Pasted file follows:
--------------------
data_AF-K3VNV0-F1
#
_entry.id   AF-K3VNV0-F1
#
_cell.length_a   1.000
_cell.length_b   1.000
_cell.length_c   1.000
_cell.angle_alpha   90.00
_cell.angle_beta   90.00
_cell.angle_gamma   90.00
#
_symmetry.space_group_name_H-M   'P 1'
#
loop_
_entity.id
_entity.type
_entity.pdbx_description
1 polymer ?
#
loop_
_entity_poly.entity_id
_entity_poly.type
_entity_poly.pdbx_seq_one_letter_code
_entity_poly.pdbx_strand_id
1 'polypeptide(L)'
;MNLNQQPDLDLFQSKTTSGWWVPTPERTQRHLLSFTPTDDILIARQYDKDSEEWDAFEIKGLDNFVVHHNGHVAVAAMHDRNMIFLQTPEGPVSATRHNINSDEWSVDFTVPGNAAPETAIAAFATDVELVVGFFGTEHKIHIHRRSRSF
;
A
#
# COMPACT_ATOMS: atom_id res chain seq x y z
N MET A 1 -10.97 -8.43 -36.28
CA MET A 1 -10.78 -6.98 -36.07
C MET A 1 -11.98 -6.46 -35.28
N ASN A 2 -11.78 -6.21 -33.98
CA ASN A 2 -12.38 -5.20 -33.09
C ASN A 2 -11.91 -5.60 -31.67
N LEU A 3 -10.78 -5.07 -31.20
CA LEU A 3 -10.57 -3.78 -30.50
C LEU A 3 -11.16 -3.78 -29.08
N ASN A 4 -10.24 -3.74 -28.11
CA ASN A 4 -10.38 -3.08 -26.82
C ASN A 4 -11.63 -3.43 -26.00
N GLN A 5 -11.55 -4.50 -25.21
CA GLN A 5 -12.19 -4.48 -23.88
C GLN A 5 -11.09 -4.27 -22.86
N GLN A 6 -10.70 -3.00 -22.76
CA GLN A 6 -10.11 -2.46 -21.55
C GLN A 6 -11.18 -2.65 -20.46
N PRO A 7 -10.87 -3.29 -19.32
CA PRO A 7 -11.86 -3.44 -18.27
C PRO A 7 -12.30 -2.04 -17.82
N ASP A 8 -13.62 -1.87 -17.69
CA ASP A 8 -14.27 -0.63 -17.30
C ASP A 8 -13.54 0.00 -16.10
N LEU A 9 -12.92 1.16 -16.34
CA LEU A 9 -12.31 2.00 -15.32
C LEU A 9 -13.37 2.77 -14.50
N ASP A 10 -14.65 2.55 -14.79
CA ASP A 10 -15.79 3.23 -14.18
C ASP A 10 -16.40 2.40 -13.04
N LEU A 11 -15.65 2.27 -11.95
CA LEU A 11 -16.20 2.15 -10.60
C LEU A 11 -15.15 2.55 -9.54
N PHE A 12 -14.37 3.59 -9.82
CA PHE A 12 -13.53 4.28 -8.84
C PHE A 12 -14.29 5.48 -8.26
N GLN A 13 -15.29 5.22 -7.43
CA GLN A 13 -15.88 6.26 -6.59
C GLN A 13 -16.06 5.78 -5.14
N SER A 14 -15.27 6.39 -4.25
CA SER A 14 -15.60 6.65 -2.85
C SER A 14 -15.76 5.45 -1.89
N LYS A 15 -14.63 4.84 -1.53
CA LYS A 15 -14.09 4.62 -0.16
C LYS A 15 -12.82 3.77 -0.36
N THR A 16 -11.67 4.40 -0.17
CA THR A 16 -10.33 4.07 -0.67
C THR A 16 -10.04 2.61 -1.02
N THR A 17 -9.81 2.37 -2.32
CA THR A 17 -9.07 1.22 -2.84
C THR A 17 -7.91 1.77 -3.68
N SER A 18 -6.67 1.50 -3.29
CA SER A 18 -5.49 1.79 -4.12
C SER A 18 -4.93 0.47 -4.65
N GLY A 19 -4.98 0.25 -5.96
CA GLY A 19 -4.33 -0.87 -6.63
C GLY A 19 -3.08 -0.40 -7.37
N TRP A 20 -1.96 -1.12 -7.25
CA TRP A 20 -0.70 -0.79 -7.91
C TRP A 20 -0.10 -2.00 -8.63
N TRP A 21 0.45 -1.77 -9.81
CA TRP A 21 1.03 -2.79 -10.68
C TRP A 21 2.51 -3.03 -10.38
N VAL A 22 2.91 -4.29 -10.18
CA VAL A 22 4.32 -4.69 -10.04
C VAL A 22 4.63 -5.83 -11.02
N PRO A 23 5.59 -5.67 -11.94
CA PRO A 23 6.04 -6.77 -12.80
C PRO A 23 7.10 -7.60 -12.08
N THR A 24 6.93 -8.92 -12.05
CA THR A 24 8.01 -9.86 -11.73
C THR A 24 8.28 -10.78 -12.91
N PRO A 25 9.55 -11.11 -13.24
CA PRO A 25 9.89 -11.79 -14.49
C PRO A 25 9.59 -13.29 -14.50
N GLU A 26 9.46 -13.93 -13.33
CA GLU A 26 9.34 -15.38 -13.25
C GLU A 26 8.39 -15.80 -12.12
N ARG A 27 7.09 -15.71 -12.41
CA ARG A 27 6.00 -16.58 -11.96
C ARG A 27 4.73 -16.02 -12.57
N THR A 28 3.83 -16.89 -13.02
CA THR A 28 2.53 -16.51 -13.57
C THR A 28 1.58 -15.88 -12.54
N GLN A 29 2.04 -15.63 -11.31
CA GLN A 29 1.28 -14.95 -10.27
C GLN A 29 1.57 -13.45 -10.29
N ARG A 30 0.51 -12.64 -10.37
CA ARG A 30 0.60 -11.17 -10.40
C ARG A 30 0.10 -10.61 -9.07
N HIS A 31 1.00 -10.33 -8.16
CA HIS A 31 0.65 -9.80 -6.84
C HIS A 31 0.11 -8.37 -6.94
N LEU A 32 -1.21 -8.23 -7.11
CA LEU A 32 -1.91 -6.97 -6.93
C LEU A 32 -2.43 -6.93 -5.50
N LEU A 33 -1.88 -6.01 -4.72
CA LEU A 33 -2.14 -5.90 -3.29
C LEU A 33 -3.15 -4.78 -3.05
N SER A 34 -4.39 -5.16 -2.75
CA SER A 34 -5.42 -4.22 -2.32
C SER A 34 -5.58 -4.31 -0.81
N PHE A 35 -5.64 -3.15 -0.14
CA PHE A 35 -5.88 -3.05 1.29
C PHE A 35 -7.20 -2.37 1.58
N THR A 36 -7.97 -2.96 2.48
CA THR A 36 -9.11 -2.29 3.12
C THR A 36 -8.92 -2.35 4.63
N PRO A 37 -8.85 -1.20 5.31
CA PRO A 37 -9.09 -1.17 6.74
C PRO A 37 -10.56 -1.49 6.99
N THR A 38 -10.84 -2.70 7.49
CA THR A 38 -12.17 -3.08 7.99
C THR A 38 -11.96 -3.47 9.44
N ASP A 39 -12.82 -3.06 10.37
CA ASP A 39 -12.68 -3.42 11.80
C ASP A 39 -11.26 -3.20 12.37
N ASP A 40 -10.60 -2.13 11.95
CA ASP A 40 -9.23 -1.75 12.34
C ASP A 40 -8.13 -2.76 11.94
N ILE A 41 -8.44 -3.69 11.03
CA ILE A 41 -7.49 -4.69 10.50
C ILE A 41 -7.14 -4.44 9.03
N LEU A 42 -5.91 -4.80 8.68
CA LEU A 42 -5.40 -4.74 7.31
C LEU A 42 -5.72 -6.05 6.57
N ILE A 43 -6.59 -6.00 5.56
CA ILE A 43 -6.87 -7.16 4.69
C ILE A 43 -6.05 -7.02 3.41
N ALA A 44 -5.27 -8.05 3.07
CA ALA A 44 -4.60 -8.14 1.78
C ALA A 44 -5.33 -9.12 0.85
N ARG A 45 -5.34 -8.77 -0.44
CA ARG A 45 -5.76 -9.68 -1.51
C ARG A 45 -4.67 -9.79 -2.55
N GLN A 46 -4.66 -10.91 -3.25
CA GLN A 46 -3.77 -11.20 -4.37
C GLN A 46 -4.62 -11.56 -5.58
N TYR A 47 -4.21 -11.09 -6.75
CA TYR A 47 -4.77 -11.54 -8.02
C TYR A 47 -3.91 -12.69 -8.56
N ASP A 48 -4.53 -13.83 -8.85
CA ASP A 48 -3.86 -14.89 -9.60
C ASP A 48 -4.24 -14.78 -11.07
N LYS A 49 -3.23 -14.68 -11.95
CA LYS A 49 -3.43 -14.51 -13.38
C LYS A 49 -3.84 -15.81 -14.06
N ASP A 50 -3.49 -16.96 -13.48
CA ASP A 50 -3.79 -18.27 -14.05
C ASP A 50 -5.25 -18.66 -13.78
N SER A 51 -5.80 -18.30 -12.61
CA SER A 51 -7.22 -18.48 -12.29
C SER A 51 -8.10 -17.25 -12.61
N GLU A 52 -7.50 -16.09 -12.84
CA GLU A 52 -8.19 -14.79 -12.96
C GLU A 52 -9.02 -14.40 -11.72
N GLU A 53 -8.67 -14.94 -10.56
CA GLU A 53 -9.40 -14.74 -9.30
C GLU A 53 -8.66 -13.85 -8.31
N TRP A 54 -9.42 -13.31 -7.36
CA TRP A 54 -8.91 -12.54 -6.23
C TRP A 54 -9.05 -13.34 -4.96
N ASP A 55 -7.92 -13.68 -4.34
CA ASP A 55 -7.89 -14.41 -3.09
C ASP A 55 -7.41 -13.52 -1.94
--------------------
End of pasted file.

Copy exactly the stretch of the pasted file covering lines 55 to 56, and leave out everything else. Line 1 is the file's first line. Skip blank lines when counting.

N LEU A 9 -12.92 1.16 -16.34
CA LEU A 9 -12.31 2.00 -15.32